Either Sera told him about her impersonating me that night in my bed, or he still believed God fathered Cleopatra. She probably used it as an enticement to join her on Mission Three. Ironically, her laser treatment on him as a child denied her control through his dream state. Safely out of Sera’s clairvoyance, I made a mental note to destroy all possible life forms in my mother’s laboratory.
After a pause Albert continued. “Dad just reminded us that no children are ever conceived by way of intercourse between married couples. The only difference was using Ariel’s body rather than the Stork to incubate Cleopatra.” His eyes met mine. “I told him that every future baby will be the result of a love act between parents, starting with Cleopatra’s brothers and sisters.”
Albert had evaded the issue of my pregnancy with Cleopatra. His gaze remained locked on me. “You said I should ask you to marry me, when I decided I truly meant it. That moment is now.” He took a deep breath, and he willed his image to kneel, an action requiring extreme concentration under the circumstances. “Ariel, will you please marry me? I promise to love you and be a good father to all our children.”
Would he honor his promise if Sera reduced me to a babbling idiot, or if she stole his daughter’s intellect? I sublimated my concern, thankful to be out of Sera’s clairvoyance range.
“I accept and I promise never to embarrass you.” The unusual adjunct to my vow committed me to keep secret the fact he had had sex with a droid. His theory that Cleopatra is a gift from God may be more accurate than I am ready to believe just yet.
“Albert and I will sign off, since there are no more questions.” I took advantage of the silence probably caused by bewilderment rather satisfaction with my explanation of our situation. I closed the closet curtain, making no effort to release Albert’s apparition. They could summon Sera if it presented a problem. I opened my blouse and lifted Cleopatra to my breast.
Paul faced away and tugged on Dad’s elbow. “We better decide how to approach the general population when we get back. They’ll be needing some stern leadership.”
“I advise strongly against such an attempt until Frank and Albert are included.” Both men stopped in mid-step. “Concern yourselves with gaining the trust of the families on this side, as Frank has done over there.”
Paul responded but continued to face my father. “I know how Frank thinks. He’ll connive to make himself an absolute ruler, if we don’t have a plan to counter him.”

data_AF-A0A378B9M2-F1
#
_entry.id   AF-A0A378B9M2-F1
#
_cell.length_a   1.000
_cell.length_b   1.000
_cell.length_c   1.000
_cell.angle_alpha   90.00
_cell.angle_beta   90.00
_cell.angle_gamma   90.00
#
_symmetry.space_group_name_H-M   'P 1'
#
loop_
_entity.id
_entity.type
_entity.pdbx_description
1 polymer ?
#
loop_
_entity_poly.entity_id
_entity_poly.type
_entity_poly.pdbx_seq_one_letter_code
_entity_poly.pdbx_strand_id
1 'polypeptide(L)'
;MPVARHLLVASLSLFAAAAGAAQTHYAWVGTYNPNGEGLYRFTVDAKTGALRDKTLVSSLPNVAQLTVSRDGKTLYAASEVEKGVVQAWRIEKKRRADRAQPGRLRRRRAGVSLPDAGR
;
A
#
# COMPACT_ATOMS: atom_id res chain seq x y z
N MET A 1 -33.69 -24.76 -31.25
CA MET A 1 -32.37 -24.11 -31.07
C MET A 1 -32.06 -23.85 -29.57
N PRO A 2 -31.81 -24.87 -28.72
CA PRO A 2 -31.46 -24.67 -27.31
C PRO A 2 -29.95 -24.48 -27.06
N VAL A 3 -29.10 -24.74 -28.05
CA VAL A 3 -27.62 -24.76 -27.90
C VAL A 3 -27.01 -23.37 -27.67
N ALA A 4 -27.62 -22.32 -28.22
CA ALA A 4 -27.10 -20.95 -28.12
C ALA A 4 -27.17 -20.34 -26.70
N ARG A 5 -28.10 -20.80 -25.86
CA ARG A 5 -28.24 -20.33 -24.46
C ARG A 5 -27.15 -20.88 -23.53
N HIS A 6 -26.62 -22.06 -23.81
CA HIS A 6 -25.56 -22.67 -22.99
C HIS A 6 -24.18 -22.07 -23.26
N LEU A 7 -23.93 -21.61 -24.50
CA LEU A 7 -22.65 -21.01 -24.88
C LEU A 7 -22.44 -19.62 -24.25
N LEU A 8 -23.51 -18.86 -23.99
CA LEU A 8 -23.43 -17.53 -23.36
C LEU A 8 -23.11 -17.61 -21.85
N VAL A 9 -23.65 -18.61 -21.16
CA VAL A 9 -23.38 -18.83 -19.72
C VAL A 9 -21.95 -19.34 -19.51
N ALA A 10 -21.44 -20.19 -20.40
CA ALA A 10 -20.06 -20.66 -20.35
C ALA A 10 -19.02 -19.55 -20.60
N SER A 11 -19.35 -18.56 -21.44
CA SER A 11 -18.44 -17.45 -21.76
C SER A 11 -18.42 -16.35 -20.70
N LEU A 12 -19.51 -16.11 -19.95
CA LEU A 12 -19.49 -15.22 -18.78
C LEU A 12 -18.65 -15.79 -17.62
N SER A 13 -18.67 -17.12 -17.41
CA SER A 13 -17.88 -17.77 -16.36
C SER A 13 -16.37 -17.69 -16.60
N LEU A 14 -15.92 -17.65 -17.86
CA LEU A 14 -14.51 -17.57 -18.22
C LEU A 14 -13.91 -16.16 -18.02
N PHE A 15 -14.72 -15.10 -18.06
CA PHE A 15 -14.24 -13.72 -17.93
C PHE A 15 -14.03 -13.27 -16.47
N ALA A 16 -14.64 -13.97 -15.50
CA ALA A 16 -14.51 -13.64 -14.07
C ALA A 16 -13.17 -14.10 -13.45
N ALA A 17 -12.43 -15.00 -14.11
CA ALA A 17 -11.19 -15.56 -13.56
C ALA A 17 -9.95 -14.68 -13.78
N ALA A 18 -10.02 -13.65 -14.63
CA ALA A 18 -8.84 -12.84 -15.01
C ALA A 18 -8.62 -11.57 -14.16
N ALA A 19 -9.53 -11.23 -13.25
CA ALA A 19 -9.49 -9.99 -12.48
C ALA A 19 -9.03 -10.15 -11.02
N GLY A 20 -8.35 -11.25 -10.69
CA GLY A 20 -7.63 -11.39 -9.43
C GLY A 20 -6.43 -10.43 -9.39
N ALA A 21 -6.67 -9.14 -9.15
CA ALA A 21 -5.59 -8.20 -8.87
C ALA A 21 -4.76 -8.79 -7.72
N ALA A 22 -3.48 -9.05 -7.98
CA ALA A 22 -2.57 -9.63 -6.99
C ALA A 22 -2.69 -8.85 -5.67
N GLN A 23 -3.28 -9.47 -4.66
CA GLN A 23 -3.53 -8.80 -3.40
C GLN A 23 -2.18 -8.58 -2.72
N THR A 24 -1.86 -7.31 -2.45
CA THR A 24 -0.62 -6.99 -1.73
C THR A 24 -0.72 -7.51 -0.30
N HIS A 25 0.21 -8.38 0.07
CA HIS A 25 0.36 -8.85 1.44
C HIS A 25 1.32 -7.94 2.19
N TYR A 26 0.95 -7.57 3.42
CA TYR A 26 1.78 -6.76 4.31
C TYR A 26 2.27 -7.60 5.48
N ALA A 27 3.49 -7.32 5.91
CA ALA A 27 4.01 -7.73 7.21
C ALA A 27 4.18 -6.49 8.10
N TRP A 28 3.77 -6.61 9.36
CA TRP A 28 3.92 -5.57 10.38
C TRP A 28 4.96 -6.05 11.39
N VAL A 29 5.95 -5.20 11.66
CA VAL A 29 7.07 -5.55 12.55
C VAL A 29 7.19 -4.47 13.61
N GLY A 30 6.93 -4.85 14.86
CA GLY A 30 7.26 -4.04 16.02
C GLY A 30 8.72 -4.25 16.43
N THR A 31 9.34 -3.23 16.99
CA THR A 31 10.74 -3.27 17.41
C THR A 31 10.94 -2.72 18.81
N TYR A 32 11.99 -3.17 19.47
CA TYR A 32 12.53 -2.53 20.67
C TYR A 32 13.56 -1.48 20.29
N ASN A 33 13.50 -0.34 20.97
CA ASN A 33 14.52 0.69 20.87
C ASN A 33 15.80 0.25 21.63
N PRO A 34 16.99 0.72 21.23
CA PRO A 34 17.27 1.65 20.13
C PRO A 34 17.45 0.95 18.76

“I witnessed four families offer him their pledge of loyalty. You might want to develop something similar here.”
Paul stepped out of the room, and I called him back. “Please help my father move my bed and Cleopatra’s crib out of this room.”
“Where would you like it?” Dad asked.
“In the living room would be fine.”
Mother said, “I want my child and my grandchild to sleep in our bedroom, where Max can protect all three women in his life.”
I thanked her with my eyes and glanced toward Sera’s closet, as I shut down my computer. “When you’re finished moving furniture, find some material in the commissary to seal off this closet.” My computer flashed back on. I shrieked, “Dad, disable it.”
My father gripped the unit embedded in the wall, his muscles bulging and face beet red, and yanked it loose. The lighted surfaces of ceiling and wall monitors diminished to a tiny dot and zapped to oblivion. Through the din of acrid smoke and crackling circuits, I yelled for Paul to shut down the communication counsel in his office, but it would be too late. Sera’s taking control would be instantaneous, especially after losing both the closet and my personal computer.
Paul assured me, “The transmission line Frank and I installed is only capable of visual and audio signals, none of this hologram capability.”
“It must be severed. Sera breached the computer in Mother’s laboratory and gained control of my mind.” I faced Mother. “She, not the chemical you injected, immobilized my body.”
“How do you know?”
“Back in the closet, she admitted it and released my paralysis to demonstrate the extent of her power over me.”
Paul said, “Martha, take Ariel and Cleopatra to the rooftop garden, away from electronic devices. They’ll be safe up there, unless Sera’s influence can ride the sunbeams.”